CANBERRA — Ninti One has become the first Indigenous-owned and operated supplier to be a lead contractor supporting the Department of Foreign Affairs and Trade on an aid project based outside of Australia.
Following a competitive tender process, Ninti will be conducting a mid-term review of Australia Assists, an Australian aid program that deploys specialists to work with governments, multilateral agencies, and communities for emergency preparedness and response. Fieldwork in Vanuatu, Fiji, and at the Rohingya refugee camps in Bangladesh will take place as part of the contracted work.
“It’s a step up for us, there is no question … Aboriginal people are a proud part of the aid program — it gives them a feeling of pride that they are part of what is seen as prestigious work.”— Rod Reeve, managing director, Ninti One
This new engagement in the aid program will see Ninti take an important step into the supply side of aid with previous contracts awarded focused on the corporate side of aid — including data management and procurement support.
While the contract is small in aid terms, worth an estimated $145,000 Australian dollars ($98,000) and a deadline to complete the review by October, Ninti Chair Professor Tom Calma called it a “breakthrough” for Indigenous business to showcase the value it can add to the aid program by leading the delivery of services in complex overseas contexts.
Building opportunities for Indigenous expertise
Ninti One has a turnover of around AU$10 million a year, nearly all from non-DFAT projects. Domestic projects supporting the development of Australian Indigenous communities are the focus, including health-based initiatives. DFAT is not currently a big part of its business — but with the DFAT brand comes expanded opportunities for Indigenous professionals and the ability to build the next generation of development professionals who bring a cultural approach to their work.
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“It’s a step up for us, there is no question,” Rod Reeve, managing director of Ninti One, told Devex. “Aboriginal people are a proud part of the aid program — it gives them a feeling of pride that they are part of what is seen as prestigious work. That is important for all Aboriginal people. Here at Ninti we are excited that we are doing a lot of domestic work, but now we can also say we are international.”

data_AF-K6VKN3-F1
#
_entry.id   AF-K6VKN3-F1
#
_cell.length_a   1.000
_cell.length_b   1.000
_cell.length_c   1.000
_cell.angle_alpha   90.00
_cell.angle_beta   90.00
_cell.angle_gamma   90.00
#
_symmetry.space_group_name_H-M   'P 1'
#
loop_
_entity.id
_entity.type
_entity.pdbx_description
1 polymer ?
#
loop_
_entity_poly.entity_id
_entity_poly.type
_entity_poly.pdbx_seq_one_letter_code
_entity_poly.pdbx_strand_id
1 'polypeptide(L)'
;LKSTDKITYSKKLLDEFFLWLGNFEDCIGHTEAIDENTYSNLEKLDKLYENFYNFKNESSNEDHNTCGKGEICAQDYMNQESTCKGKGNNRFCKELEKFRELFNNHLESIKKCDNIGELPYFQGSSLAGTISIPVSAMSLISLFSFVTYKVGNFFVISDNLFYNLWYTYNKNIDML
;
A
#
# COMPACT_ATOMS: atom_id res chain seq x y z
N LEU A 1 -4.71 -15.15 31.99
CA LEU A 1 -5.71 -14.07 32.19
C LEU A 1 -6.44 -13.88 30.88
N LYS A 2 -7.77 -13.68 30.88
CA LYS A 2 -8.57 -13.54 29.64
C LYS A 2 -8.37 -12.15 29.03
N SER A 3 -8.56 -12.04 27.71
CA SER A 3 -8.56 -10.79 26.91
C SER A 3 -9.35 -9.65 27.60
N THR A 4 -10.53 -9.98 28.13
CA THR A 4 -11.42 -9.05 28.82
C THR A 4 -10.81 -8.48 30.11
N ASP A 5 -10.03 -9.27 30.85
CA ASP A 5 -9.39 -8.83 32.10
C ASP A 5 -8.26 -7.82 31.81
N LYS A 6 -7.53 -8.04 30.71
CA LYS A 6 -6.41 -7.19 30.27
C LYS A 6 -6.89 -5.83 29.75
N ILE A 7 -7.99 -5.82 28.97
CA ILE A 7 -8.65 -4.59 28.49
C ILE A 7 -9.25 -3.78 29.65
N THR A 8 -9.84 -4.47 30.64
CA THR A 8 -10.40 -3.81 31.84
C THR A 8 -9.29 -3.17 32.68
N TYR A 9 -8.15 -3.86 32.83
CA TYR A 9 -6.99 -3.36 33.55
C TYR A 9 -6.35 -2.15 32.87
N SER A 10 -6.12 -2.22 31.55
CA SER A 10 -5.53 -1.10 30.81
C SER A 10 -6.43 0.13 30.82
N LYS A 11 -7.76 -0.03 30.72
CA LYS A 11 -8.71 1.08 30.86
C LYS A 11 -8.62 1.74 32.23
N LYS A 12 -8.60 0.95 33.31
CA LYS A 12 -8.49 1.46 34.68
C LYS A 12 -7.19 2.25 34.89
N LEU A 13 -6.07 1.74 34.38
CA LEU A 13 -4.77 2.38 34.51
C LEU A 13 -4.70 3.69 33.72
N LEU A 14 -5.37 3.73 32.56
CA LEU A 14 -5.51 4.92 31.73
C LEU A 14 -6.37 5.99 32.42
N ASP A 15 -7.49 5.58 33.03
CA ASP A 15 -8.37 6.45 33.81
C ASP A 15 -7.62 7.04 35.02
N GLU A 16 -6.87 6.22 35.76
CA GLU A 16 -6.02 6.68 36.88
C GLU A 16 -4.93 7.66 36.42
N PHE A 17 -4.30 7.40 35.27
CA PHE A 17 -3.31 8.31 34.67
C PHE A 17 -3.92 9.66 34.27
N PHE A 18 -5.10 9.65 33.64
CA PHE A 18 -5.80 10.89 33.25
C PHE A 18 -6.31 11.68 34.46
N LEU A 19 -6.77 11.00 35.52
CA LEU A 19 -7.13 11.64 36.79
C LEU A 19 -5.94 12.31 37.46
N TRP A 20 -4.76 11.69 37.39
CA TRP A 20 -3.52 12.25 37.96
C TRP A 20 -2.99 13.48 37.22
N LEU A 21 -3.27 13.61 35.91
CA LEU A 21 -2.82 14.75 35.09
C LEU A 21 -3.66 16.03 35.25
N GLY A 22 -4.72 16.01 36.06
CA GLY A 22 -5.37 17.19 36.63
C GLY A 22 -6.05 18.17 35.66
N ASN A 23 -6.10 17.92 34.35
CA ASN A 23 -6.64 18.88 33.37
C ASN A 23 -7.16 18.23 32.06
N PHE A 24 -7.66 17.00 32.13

With new international work come challenges — including organizing security that is easier for larger companies, but also in ensuring the right people are delivering the contracted services.
Hopefully, future work will see Indigenous staff join the field, to be mentored by development experts to build capacity for Indigenous and support programs with a cultural element.
“Supporting this contract hasn’t been seamless, but it has put us in a good position for the next time,” Reeve said. “We’re really thinking about where we go from here and what we do. We’re learning and it’s important to build capacity and mentor people.”
Opportunities to advance Indigenous approaches to aid
DFAT’s Indigenous procurement policy is encouraging greater engagement between larger development contractors and Indigenous businesses.
“Just about every big tender that comes out there will be a conversation between us and one of the big contractors,” Reeve explained. “They know now there is an incentive for them to have diversity and inclusion in their offerings and delivery, and we are an option for them.”
This engagement has seen Ninti shift the idea of the role it can play in shaping the delivery of aid.
“A year ago I would have said that the best outcome is for us to be the lead on a really big job,” Reeve said. “But now we are understanding there is a role for us in any of the sort of structure whether we are head or subcontractor, and there are benefits in both to us. But we are a bit choosy because we have a big domestic market and want to have a big impact when we are supporting the Australian aid program.”
For Ninti there is the advantage that there is a lot of interest coming back the other way, with international development contractors looking at opportunities through programs supporting advancements of Indigenous Australians — a “quid pro quo” Reeve said with more opportunities to employ and develop Indigenous professionals.